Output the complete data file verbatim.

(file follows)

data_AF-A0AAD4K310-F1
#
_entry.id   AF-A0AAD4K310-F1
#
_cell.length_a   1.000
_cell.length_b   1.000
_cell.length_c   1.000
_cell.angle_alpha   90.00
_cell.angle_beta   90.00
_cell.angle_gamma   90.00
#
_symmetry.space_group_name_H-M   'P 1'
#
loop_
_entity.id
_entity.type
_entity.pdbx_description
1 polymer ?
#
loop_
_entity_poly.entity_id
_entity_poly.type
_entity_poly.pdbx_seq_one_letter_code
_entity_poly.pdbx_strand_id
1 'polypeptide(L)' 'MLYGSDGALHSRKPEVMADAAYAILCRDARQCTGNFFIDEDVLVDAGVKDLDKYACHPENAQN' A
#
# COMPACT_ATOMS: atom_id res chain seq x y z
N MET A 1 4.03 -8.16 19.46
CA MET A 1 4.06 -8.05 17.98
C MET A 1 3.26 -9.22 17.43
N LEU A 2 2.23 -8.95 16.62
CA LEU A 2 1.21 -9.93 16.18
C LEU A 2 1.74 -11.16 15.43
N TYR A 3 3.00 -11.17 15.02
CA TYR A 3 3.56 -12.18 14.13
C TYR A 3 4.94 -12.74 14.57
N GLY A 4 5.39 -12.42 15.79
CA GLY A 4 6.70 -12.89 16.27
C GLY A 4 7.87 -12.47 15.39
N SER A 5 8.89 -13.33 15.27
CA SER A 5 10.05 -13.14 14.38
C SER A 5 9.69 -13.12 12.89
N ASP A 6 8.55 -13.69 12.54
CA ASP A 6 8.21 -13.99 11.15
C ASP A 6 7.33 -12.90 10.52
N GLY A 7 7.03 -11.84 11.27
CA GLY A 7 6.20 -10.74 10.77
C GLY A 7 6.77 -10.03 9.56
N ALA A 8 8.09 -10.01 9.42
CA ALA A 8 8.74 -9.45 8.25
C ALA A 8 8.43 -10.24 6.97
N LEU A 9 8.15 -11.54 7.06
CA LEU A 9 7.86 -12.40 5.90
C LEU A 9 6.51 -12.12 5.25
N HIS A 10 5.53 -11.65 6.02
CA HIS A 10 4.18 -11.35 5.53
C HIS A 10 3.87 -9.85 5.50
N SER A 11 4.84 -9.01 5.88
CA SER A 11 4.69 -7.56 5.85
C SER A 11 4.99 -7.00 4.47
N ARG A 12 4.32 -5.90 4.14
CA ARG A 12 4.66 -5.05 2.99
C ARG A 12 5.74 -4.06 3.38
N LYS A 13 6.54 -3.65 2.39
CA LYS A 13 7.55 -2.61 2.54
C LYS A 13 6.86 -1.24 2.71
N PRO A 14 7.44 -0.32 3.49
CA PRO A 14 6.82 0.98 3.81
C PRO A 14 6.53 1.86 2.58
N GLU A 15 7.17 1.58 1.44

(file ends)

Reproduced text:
data_AF-A0AAD4K310-F1
#
_entry.id   AF-A0AAD4K310-F1
#
_cell.length_a   1.000
_cell.length_b   1.000
_cell.length_c   1.000
_cell.angle_alpha   90.00
_cell.angle_beta   90.00
_cell.angle_gamma   90.00
#
_symmetry.space_group_name_H-M   'P 1'
#
loop_
_entity.id
_entity.type
_entity.pdbx_description
1 polymer ?
#
loop_
_entity_poly.entity_id
_entity_poly.type
_entity_poly.pdbx_seq_one_letter_code
_entity_poly.pdbx_strand_id
1 'polypeptide(L)' 'MLYGSDGALHSRKPEVMADAAYAILCRDARQCTGNFFIDEDVLVDAGVKDLDKYACHPENAQN' A
#
# COMPACT_ATOMS: atom_id res chain seq x y z
N MET A 1 4.03 -8.16 19.46
CA MET A 1 4.06 -8.05 17.98
C MET A 1 3.26 -9.22 17.43
N LEU A 2 2.23 -8.95 16.62
CA LEU A 2 1.21 -9.93 16.18
C LEU A 2 1.74 -11.16 15.43
N TYR A 3 3.00 -11.17 15.02
CA TYR A 3 3.56 -12.18 14.13
C TYR A 3 4.94 -12.74 14.57
N GLY A 4 5.39 -12.42 15.79
CA GLY A 4 6.70 -12.89 16.27
C GLY A 4 7.87 -12.47 15.39
N SER A 5 8.89 -13.33 15.27
CA SER A 5 10.05 -13.14 14.38
C SER A 5 9.69 -13.12 12.89
N ASP A 6 8.55 -13.69 12.54
CA ASP A 6 8.21 -13.99 11.15
C ASP A 6 7.33 -12.90 10.52
N GLY A 7 7.03 -11.84 11.27
CA GLY A 7 6.20 -10.74 10.77
C GLY A 7 6.77 -10.03 9.56
N ALA A 8 8.09 -10.01 9.42
CA ALA A 8 8.74 -9.45 8.25
C ALA A 8 8.43 -10.24 6.97
N LEU A 9 8.15 -11.54 7.06
CA LEU A 9 7.86 -12.40 5.90
C LEU A 9 6.51 -12.12 5.25
N HIS A 10 5.53 -11.65 6.02
CA HIS A 10 4.18 -11.35 5.53
C HIS A 10 3.87 -9.85 5.50
N SER A 11 4.84 -9.01 5.88
CA SER A 11 4.69 -7.56 5.85
C SER A 11 4.99 -7.00 4.47
N ARG A 12 4.32 -5.90 4.14
CA ARG A 12 4.66 -5.05 2.99
C ARG A 12 5.74 -4.06 3.38
N LYS A 13 6.54 -3.65 2.39
CA LYS A 13 7.55 -2.61 2.54
C LYS A 13 6.86 -1.24 2.71
N PRO A 14 7.44 -0.32 3.49
CA PRO A 14 6.82 0.98 3.81
C PRO A 14 6.53 1.86 2.58
N GLU A 15 7.17 1.58 1.44